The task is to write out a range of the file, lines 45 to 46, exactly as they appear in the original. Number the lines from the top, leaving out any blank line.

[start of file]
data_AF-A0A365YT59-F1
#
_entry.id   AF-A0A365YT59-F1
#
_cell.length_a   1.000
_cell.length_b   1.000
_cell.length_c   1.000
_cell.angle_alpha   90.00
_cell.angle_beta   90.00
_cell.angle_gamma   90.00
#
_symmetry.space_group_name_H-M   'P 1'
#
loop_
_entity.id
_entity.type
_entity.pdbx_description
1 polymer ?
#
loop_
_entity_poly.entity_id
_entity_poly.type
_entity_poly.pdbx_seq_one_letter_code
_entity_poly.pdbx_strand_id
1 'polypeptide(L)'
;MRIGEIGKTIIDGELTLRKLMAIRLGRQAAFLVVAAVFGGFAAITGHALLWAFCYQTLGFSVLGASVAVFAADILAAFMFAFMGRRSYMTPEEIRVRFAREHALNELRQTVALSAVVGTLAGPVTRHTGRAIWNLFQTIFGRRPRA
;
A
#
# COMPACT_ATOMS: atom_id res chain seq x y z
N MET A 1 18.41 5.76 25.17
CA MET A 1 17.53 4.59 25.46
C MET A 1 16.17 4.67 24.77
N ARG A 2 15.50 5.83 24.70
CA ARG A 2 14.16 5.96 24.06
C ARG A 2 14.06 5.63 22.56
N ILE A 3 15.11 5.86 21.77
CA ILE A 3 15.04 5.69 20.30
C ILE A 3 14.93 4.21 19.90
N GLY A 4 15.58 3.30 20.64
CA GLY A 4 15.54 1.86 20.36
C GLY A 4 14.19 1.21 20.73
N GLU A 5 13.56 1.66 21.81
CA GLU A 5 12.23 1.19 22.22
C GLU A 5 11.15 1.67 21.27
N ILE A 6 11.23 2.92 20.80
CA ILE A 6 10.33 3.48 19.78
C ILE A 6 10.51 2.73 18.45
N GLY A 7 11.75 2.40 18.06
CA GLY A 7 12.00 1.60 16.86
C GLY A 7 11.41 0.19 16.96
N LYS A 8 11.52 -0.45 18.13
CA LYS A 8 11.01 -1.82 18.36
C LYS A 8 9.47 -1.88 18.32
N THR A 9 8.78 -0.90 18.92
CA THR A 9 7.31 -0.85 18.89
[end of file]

C GLU A 5 11.15 1.67 21.27
N ILE A 6 11.23 2.92 20.80